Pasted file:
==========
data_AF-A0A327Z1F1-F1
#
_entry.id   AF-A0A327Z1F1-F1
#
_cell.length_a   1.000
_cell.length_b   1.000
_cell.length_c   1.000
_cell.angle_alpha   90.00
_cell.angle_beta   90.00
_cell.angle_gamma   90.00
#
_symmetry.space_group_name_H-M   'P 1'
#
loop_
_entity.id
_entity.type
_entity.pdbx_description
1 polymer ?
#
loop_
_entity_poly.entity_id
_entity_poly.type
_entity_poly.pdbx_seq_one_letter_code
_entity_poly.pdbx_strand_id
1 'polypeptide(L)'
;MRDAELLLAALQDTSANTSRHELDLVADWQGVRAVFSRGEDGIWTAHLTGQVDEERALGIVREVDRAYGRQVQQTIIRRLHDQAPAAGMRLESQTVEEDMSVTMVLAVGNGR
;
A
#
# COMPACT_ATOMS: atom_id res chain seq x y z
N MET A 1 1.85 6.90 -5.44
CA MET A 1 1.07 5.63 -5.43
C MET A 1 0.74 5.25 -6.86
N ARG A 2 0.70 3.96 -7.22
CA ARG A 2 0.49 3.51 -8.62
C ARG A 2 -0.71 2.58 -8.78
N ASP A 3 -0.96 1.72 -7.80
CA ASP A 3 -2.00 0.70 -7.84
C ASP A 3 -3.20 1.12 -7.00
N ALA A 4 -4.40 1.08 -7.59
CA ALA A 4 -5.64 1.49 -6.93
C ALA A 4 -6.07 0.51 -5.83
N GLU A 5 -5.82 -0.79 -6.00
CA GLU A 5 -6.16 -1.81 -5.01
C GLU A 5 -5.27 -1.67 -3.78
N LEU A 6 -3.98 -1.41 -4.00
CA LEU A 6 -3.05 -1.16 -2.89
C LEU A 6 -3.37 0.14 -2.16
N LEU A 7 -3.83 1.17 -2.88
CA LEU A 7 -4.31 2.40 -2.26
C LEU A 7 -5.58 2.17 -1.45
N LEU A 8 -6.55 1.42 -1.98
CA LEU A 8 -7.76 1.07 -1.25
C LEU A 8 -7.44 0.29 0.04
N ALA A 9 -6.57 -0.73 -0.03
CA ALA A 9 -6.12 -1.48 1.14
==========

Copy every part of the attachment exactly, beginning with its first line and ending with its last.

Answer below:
data_AF-A0A327Z1F1-F1
#
_entry.id   AF-A0A327Z1F1-F1
#
_cell.length_a   1.000
_cell.length_b   1.000
_cell.length_c   1.000
_cell.angle_alpha   90.00
_cell.angle_beta   90.00
_cell.angle_gamma   90.00
#
_symmetry.space_group_name_H-M   'P 1'
#
loop_
_entity.id
_entity.type
_entity.pdbx_description
1 polymer ?
#
loop_
_entity_poly.entity_id
_entity_poly.type
_entity_poly.pdbx_seq_one_letter_code
_entity_poly.pdbx_strand_id
1 'polypeptide(L)'
;MRDAELLLAALQDTSANTSRHELDLVADWQGVRAVFSRGEDGIWTAHLTGQVDEERALGIVREVDRAYGRQVQQTIIRRLHDQAPAAGMRLESQTVEEDMSVTMVLAVGNGR
;
A
#
# COMPACT_ATOMS: atom_id res chain seq x y z
N MET A 1 1.85 6.90 -5.44
CA MET A 1 1.07 5.63 -5.43
C MET A 1 0.74 5.25 -6.86
N ARG A 2 0.70 3.96 -7.22
CA ARG A 2 0.49 3.51 -8.62
C ARG A 2 -0.71 2.58 -8.78
N ASP A 3 -0.96 1.72 -7.80
CA ASP A 3 -2.00 0.70 -7.84
C ASP A 3 -3.20 1.12 -7.00
N ALA A 4 -4.40 1.08 -7.59
CA ALA A 4 -5.64 1.49 -6.93
C ALA A 4 -6.07 0.51 -5.83
N GLU A 5 -5.82 -0.79 -6.00
CA GLU A 5 -6.16 -1.81 -5.01
C GLU A 5 -5.27 -1.67 -3.78
N LEU A 6 -3.98 -1.41 -4.00
CA LEU A 6 -3.05 -1.16 -2.89
C LEU A 6 -3.37 0.14 -2.16
N LEU A 7 -3.83 1.17 -2.88
CA LEU A 7 -4.31 2.40 -2.26
C LEU A 7 -5.58 2.17 -1.45
N LEU A 8 -6.55 1.42 -1.98
CA LEU A 8 -7.76 1.07 -1.25
C LEU A 8 -7.44 0.29 0.04
N ALA A 9 -6.57 -0.73 -0.03
CA ALA A 9 -6.12 -1.48 1.14